The pilot will follow in the footsteps of aviation pioneers such as Charles Kingsford-Smith and Bert Hinkler. He'll be flying for stretches of up to 13 hours at a time, usually at around 5,000 feet (1,500 meters), while crossing massive swathes of land and sea, for a total of around 12,000 nautical miles (22,000 km)

The ambitious voyage is scheduled to take place this coming July.

Sources: At Altitude, Cynar PLC via The Telegraph

About the Author
Adam Williams Adam is a tech and music writer based in North Wales. When not working, you’ll usually find Adam tinkering with old Macintosh computers, reading history books, or exploring the countryside with his dog Finley.   All articles by Adam Williams
Tags
8 Comments

Other pioneers flew the opposite direction.

Gil Davis
26th February, 2013 @ 03:04 pm PST

Is its emission better or worse than traditional or bio fuels?.

Sinnadurai Sripadmanaban
27th February, 2013 @ 03:02 am PST

ELP would have become fuel in the first place if it had not been diverted to the plastics industry.What is better for the environment: burning the fuel produced by this process,thus releasing more CO2,or putting it in a garbage dump,where the CO2 is permanently locked up?

michael_dowling
27th February, 2013 @ 03:20 pm PST

What engine will the aircraft be using? Normally, aero engines for single engine planes do not digest diesel.

Robert Duckmanton
27th February, 2013 @ 03:49 pm PST

EAA AirVenture

Article by Sarah Brown : http://www.aopa.org/oshkosh/2012/news/120723cessna-unveils-turbodiesel-182.html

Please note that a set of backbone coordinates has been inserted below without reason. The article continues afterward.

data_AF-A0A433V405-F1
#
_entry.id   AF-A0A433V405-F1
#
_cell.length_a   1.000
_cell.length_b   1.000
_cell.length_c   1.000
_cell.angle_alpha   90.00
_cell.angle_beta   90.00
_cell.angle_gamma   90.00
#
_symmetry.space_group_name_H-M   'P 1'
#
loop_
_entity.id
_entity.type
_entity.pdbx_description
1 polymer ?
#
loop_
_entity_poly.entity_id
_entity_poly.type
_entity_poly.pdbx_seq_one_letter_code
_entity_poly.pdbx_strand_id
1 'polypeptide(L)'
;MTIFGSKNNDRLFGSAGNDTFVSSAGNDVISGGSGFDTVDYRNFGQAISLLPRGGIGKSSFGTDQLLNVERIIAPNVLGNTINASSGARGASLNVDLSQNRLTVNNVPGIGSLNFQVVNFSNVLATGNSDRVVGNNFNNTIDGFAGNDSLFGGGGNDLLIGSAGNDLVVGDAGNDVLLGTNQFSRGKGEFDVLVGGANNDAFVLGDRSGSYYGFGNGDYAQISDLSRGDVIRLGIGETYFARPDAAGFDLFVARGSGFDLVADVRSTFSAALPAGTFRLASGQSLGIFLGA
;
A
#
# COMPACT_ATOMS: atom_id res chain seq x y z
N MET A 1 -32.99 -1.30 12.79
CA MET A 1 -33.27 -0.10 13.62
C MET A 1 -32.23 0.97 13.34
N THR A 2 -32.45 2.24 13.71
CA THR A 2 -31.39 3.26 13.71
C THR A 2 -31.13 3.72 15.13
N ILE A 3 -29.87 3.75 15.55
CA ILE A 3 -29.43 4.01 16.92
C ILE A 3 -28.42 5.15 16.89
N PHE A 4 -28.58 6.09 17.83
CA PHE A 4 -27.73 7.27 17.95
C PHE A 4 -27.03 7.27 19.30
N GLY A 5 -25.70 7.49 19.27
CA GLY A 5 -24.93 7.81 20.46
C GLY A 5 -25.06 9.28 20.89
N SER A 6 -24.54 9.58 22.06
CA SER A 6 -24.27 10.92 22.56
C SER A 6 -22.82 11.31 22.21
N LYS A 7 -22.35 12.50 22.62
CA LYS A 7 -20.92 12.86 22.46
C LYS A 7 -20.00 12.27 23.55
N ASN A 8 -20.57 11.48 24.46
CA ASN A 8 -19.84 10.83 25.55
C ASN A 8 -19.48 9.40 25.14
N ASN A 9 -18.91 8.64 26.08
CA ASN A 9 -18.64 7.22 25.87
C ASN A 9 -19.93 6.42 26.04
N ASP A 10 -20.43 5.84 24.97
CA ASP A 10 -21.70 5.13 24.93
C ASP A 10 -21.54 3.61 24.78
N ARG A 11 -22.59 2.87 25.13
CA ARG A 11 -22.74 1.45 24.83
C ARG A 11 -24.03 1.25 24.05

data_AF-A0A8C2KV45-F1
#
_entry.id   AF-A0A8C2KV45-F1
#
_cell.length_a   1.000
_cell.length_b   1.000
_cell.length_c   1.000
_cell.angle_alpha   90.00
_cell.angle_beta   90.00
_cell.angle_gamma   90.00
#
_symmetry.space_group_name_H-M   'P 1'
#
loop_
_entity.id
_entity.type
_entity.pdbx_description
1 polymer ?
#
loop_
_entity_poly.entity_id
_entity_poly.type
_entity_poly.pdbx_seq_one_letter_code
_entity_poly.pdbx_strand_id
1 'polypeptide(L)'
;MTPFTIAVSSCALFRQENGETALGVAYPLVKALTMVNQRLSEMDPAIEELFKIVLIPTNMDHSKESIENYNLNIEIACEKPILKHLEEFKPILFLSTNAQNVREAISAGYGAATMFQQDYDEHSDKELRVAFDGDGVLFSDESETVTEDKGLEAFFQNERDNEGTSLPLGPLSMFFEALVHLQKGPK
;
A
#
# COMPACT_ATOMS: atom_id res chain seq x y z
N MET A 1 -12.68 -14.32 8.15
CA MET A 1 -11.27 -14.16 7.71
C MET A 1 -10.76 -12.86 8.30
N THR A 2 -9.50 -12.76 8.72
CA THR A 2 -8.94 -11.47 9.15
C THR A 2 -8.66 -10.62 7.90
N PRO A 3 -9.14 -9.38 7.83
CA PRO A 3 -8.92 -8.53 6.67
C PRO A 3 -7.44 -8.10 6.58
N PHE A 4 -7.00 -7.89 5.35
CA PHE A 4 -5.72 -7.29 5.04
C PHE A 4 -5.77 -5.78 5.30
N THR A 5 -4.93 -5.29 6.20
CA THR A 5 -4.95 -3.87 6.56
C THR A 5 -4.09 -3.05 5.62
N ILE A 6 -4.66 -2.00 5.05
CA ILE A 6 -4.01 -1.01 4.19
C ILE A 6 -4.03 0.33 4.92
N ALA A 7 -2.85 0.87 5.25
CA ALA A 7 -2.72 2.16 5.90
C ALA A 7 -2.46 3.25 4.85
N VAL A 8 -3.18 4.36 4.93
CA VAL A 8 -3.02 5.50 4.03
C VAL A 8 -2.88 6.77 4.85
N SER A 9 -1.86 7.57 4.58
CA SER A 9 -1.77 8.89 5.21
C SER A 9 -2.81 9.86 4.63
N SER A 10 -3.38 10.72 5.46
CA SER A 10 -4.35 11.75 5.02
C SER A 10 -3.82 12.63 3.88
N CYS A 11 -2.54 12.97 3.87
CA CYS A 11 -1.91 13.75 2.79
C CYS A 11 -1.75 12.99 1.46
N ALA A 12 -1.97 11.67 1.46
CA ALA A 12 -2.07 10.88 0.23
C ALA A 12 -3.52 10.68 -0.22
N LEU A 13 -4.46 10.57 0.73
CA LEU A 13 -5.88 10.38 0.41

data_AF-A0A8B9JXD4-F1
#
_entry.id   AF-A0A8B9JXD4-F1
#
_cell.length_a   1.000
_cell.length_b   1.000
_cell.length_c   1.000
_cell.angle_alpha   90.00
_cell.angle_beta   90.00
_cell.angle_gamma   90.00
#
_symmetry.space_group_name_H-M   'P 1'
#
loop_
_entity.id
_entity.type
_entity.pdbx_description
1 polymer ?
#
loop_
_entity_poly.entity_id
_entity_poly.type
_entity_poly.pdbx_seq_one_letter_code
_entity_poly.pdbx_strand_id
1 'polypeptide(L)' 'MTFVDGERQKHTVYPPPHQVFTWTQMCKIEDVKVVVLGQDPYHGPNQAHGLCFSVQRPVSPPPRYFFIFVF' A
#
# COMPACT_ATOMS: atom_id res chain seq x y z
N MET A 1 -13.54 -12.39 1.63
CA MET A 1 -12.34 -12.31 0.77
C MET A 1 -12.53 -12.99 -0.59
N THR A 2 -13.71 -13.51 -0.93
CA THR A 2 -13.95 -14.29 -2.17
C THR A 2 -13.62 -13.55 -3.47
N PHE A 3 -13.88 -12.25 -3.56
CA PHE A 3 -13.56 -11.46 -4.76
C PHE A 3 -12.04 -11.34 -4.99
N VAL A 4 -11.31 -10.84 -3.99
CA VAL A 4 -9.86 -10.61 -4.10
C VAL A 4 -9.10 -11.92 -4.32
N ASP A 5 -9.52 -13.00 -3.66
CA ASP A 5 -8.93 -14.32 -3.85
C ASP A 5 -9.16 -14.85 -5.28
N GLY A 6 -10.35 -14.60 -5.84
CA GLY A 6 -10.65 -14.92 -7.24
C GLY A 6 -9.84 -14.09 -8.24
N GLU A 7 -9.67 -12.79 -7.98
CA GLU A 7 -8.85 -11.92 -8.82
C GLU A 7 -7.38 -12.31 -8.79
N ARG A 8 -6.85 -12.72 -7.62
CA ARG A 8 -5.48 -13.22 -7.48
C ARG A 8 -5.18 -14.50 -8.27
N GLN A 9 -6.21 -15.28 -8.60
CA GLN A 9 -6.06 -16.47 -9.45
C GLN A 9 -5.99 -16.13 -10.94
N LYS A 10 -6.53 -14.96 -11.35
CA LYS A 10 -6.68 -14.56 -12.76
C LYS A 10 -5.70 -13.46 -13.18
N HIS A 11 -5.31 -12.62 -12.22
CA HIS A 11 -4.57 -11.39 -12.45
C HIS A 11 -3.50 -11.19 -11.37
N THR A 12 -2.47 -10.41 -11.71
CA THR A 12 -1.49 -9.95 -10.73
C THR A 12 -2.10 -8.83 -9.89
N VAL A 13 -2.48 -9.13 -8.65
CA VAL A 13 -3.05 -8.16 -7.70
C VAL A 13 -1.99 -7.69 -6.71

"A Cessna 182 powered by a 230-horsepower Jet-A-burning piston engine will be available in the second quarter of 2013, Cessna Aircraft announced July 23.

“This is what the market has been begging for,” he said, calling the aircraft a game changer. Powered by a turbocharged, direct-drive SMA SR305-230E-C1 engine, the Turbo 182 NXT will burn 11 gph at a max cruise speed of 155 knots, Umscheid said, granting owners a lower fuel burn and increased range from avgas counterparts. Cessna estimates that the engine will burn 30 to 40 percent less fuel than comparable avgas engines and have a range of 1,160 nautical miles at max cruise speed. "

(Ed. Read our coverage here: http://www.gizmag.com/cessna-turbo-182-nxt/23465/)

Gyula Bognar Jr
27th February, 2013 @ 06:33 pm PST

12,000 miles in a single engine plane. Good luck with that!

JAT
27th February, 2013 @ 07:36 pm PST

re; Robert Duckmanton

There have been diesel engines certified for light aviation aircraft for years now. This obviously uses one.

re; JAT

It is probably not all going to be flow in one hop. However the Rutan Voyager made it all the way around the world on only 2 engines. http://en.wikipedia.org/wiki/Rutan_Voyager

Slowburn
27th February, 2013 @ 09:12 pm PST

i agree with sambo. still a great idea...

billybob1851
28th February, 2013 @ 06:54 pm PST
Post a Comment

Login with your gizmag account:

Or Login with Facebook:


Related Articles

Just enter your friends and your email address into the form below

For multiple addresses, separate each with a comma




Privacy is safe with us because we have a strict privacy policy.

Looking for something? Search our 26,558 articles